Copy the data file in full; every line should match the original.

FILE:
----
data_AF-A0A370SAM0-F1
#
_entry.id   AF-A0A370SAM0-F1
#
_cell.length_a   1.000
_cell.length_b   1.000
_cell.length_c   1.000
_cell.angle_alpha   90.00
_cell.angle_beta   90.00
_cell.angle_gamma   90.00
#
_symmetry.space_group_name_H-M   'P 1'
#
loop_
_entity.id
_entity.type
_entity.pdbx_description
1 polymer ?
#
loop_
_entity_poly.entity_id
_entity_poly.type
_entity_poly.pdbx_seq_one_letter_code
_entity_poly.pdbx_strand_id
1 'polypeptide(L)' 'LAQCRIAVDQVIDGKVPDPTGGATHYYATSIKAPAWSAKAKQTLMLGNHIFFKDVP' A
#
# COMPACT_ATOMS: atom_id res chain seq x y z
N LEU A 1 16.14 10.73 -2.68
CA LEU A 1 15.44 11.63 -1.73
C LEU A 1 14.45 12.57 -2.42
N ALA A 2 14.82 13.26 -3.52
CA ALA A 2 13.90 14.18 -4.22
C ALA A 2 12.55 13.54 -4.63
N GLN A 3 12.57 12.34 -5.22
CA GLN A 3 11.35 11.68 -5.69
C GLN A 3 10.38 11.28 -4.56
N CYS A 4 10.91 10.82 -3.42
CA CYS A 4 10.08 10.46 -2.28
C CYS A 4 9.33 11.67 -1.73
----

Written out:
data_AF-A0A370SAM0-F1
#
_entry.id   AF-A0A370SAM0-F1
#
_cell.length_a   1.000
_cell.length_b   1.000
_cell.length_c   1.000
_cell.angle_alpha   90.00
_cell.angle_beta   90.00
_cell.angle_gamma   90.00
#
_symmetry.space_group_name_H-M   'P 1'
#
loop_
_entity.id
_entity.type
_entity.pdbx_description
1 polymer ?
#
loop_
_entity_poly.entity_id
_entity_poly.type
_entity_poly.pdbx_seq_one_letter_code
_entity_poly.pdbx_strand_id
1 'polypeptide(L)' 'LAQCRIAVDQVIDGKVPDPTGGATHYYATSIKAPAWSAKAKQTLMLGNHIFFKDVP' A
#
# COMPACT_ATOMS: atom_id res chain seq x y z
N LEU A 1 16.14 10.73 -2.68
CA LEU A 1 15.44 11.63 -1.73
C LEU A 1 14.45 12.57 -2.42
N ALA A 2 14.82 13.26 -3.52
CA ALA A 2 13.90 14.18 -4.22
C ALA A 2 12.55 13.54 -4.63
N GLN A 3 12.57 12.34 -5.22
CA GLN A 3 11.35 11.68 -5.69
C GLN A 3 10.38 11.28 -4.56
N CYS A 4 10.91 10.82 -3.42
CA CYS A 4 10.08 10.46 -2.28
C CYS A 4 9.33 11.67 -1.73